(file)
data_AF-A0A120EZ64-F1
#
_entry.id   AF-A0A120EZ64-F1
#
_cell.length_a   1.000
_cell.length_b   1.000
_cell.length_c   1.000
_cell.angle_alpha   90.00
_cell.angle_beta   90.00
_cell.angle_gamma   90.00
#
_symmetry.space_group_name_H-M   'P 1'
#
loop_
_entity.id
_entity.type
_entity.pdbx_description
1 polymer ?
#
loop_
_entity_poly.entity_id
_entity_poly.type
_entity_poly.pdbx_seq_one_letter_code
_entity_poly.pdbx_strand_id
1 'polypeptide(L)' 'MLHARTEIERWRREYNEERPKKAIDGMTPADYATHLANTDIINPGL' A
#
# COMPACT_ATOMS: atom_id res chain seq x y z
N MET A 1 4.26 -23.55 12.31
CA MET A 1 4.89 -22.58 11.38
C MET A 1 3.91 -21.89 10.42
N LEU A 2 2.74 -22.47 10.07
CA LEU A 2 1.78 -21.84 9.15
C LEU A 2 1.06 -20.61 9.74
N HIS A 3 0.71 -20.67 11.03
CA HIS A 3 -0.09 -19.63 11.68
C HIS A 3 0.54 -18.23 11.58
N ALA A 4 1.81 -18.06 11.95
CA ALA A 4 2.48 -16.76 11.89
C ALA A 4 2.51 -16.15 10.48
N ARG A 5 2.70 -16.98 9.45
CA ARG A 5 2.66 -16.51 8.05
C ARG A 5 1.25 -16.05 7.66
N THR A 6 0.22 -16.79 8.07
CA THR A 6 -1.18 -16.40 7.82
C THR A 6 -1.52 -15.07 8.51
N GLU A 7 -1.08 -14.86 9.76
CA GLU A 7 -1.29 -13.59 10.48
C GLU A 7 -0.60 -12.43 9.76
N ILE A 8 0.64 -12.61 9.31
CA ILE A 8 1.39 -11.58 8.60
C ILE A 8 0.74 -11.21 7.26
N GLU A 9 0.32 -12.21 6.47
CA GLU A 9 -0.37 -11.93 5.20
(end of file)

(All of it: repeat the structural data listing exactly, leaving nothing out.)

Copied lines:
data_AF-A0A120EZ64-F1
#
_entry.id   AF-A0A120EZ64-F1
#
_cell.length_a   1.000
_cell.length_b   1.000
_cell.length_c   1.000
_cell.angle_alpha   90.00
_cell.angle_beta   90.00
_cell.angle_gamma   90.00
#
_symmetry.space_group_name_H-M   'P 1'
#
loop_
_entity.id
_entity.type
_entity.pdbx_description
1 polymer ?
#
loop_
_entity_poly.entity_id
_entity_poly.type
_entity_poly.pdbx_seq_one_letter_code
_entity_poly.pdbx_strand_id
1 'polypeptide(L)' 'MLHARTEIERWRREYNEERPKKAIDGMTPADYATHLANTDIINPGL' A
#
# COMPACT_ATOMS: atom_id res chain seq x y z
N MET A 1 4.26 -23.55 12.31
CA MET A 1 4.89 -22.58 11.38
C MET A 1 3.91 -21.89 10.42
N LEU A 2 2.74 -22.47 10.07
CA LEU A 2 1.78 -21.84 9.15
C LEU A 2 1.06 -20.61 9.74
N HIS A 3 0.71 -20.67 11.03
CA HIS A 3 -0.09 -19.63 11.68
C HIS A 3 0.54 -18.23 11.58
N ALA A 4 1.81 -18.06 11.95
CA ALA A 4 2.48 -16.76 11.89
C ALA A 4 2.51 -16.15 10.48
N ARG A 5 2.70 -16.98 9.45
CA ARG A 5 2.66 -16.51 8.05
C ARG A 5 1.25 -16.05 7.66
N THR A 6 0.22 -16.79 8.07
CA THR A 6 -1.18 -16.40 7.82
C THR A 6 -1.52 -15.07 8.51
N GLU A 7 -1.08 -14.86 9.76
CA GLU A 7 -1.29 -13.59 10.48
C GLU A 7 -0.60 -12.43 9.76
N ILE A 8 0.64 -12.61 9.31
CA ILE A 8 1.39 -11.58 8.60
C ILE A 8 0.74 -11.21 7.26
N GLU A 9 0.32 -12.21 6.47
CA GLU A 9 -0.37 -11.93 5.20